Research Facilities

The hardware for cell and tissue culturing falls into three main categories: basic incubators, perfused stationary culture systems, and rotating wall vessels. There is also a variety of supporting equipment, including refrigeration, monitoring, and analytical instruments. A description of various pieces of hardware relevant to cell and tissue culturing on board the ISS is provided in Chapter 3. A summary of these facilities is shown in Table 8-01.

Cell Culture Systems

Biopack

Biolab

Bioreactor

CBEF (Cell Biology Experiment Facility)

CCM (Cell Culture Module)

CCU (Cell Culture Unit)

CGBA (Commercial Generic Bioprocessing Apparatus)

Incubator

MCS (Modular Cultivation System)

Rotating Cell Culture Vessel

Imaging

NIZEMI (Slow Rotating Centrifuge with Microscope)

Life Sciences Dissecting Microscope

ISS Compound Microscope

ISS Dissecting Microscope

Cameras/Video

In-Flight Sample Preparation & Preservation

GN2 Passive Freezer

Quick/Snap Cryogenic Freezer

Cryogenic Storage Freezer

-80°C Freezer (MELFI)

-20°C Freezer

4°C Refrigerator

SIGB - Standard Interface Glovebox

Life Sciences Glovebox

Flight Approved Preservatives for Cell Cultures

Table 8-01. Hardware available on board the ISS for research in biotechnology. Source: http.V/astrobiology. arc.nasa.gov/genomics/technologies/available_hardware.html

Table 8-01. Hardware available on board the ISS for research in biotechnology. Source: http.V/astrobiology. arc.nasa.gov/genomics/technologies/available_hardware.html

The incubators are designed to provide refrigeration as well as to allow preserving and incubating of multiple cell cultures simultaneously. The cell culture bags are transparent to allow visualization of the samples by light microscopy. The bioreactors provide temperature and pH control and allows for continual feeding and waste medium harvest from perfused stationary cultures. They also provide automated sample collection and injection, and high-quality video microscopy. The bioreactors can generally accommodate multiple cell culture chambers. Individual perfused culture chambers can be replaced on orbit. Specimens are loaded in chambers on the ground, and inoculation and subculture can occur in space. Unlike ground-based, rotating-wall bioreactors, in which laminar flow is set up to randomize the force vectors and to minimize the shear stress, space-based vessels have rotating walls in order to augment mass transport. Observation and video recording are possible through windows in the front of the unit, and cell and media samples can be removed on orbit through sample port (Figure 8-03).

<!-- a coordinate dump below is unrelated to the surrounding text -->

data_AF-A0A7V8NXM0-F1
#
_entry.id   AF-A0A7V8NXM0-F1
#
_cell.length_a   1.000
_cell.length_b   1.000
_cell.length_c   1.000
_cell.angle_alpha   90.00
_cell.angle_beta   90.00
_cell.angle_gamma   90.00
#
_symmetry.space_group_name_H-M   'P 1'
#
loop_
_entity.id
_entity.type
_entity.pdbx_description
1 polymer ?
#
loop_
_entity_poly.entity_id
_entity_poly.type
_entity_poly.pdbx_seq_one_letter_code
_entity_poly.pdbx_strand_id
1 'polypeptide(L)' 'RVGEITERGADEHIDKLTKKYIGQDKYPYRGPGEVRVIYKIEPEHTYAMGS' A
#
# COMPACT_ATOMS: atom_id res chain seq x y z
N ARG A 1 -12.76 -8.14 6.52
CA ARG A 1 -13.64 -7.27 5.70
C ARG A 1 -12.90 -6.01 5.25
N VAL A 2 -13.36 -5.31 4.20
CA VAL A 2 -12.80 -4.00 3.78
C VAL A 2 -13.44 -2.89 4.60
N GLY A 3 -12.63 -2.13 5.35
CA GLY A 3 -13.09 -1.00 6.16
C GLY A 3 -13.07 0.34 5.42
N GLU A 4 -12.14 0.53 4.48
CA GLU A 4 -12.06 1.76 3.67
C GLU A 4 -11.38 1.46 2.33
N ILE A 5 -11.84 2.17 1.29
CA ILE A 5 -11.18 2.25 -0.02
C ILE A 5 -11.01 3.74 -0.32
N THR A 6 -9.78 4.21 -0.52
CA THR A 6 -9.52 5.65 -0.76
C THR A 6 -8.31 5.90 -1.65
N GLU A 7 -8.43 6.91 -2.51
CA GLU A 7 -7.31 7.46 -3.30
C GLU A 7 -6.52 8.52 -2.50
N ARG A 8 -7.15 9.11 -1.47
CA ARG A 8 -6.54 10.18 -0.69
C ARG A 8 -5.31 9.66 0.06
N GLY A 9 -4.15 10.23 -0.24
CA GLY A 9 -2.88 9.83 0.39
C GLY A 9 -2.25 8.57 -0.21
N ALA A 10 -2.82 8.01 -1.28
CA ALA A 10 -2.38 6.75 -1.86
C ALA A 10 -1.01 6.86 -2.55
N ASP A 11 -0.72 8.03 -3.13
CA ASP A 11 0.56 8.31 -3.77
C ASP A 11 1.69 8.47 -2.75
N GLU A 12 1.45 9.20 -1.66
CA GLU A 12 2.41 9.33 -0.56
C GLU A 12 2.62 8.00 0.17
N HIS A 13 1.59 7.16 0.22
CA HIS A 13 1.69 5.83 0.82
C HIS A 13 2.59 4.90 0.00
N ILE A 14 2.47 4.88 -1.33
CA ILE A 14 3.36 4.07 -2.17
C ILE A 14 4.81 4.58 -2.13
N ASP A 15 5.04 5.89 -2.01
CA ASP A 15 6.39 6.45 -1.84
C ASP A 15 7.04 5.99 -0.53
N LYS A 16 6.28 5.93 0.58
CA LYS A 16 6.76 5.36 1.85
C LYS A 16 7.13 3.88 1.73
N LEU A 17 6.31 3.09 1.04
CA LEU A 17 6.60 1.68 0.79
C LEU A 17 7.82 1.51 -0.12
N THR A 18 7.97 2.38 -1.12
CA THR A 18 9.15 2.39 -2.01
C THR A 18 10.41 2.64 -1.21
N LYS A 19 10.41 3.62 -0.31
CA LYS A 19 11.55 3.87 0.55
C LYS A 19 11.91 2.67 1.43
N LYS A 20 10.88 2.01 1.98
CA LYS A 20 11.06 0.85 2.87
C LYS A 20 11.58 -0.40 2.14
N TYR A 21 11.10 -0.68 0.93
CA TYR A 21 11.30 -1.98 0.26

Other ground-based methods for generating three-dimensional tissue constructs, such as the use of scaffolding constructed from biomaterials or micro-patterned substrates, may prove to be more effective sources of samples for multiple-chamber hardware such as the existing incubators and culture

Figure 8-03. Astronaut Frank L. Culbertson works at the NASA bioreactor rotating wall vessel in the Destiny laboratory on board the ISS. The bioreactor comprises four incubation/refrigeration chambers. Every 7 to 21 days (depending on growth rates), an astronaut uses a shrouded syringe and the bags' needleless injection ports to transfer a few cells to a fresh media bag, and to introduce a fixative so that the cells may be studied after flight. The design also lets the crew sample the media to measure glucose, gas, and pH levels, and to inspect cells with a microscope. Photo courtesy of NASA.

Figure 8-03. Astronaut Frank L. Culbertson works at the NASA bioreactor rotating wall vessel in the Destiny laboratory on board the ISS. The bioreactor comprises four incubation/refrigeration chambers. Every 7 to 21 days (depending on growth rates), an astronaut uses a shrouded syringe and the bags' needleless injection ports to transfer a few cells to a fresh media bag, and to introduce a fixative so that the cells may be studied after flight. The design also lets the crew sample the media to measure glucose, gas, and pH levels, and to inspect cells with a microscope. Photo courtesy of NASA.

systems. In addition, the amount of data produced by these new systems in a given period of time and amount of volume on the ISS will be significantly greater than would be produced by a bioreactor system.

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